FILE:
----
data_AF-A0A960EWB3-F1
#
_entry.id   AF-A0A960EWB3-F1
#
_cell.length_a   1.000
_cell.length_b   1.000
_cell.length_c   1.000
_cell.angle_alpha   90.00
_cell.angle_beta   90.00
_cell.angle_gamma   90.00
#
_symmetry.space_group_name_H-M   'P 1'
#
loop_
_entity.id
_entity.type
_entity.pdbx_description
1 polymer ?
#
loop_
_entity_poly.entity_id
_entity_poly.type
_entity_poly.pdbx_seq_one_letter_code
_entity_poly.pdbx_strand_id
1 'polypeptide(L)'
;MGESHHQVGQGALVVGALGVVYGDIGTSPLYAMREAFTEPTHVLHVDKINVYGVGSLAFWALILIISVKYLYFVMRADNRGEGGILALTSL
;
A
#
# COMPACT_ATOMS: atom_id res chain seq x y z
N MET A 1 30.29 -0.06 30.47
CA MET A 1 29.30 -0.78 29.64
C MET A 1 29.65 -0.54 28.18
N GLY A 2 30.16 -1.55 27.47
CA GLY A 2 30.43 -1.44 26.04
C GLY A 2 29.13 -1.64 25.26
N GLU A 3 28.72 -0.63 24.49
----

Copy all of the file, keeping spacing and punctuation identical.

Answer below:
data_AF-A0A960EWB3-F1
#
_entry.id   AF-A0A960EWB3-F1
#
_cell.length_a   1.000
_cell.length_b   1.000
_cell.length_c   1.000
_cell.angle_alpha   90.00
_cell.angle_beta   90.00
_cell.angle_gamma   90.00
#
_symmetry.space_group_name_H-M   'P 1'
#
loop_
_entity.id
_entity.type
_entity.pdbx_description
1 polymer ?
#
loop_
_entity_poly.entity_id
_entity_poly.type
_entity_poly.pdbx_seq_one_letter_code
_entity_poly.pdbx_strand_id
1 'polypeptide(L)'
;MGESHHQVGQGALVVGALGVVYGDIGTSPLYAMREAFTEPTHVLHVDKINVYGVGSLAFWALILIISVKYLYFVMRADNRGEGGILALTSL
;
A
#
# COMPACT_ATOMS: atom_id res chain seq x y z
N MET A 1 30.29 -0.06 30.47
CA MET A 1 29.30 -0.78 29.64
C MET A 1 29.65 -0.54 28.18
N GLY A 2 30.16 -1.55 27.47
CA GLY A 2 30.43 -1.44 26.04
C GLY A 2 29.13 -1.64 25.26
N GLU A 3 28.72 -0.63 24.49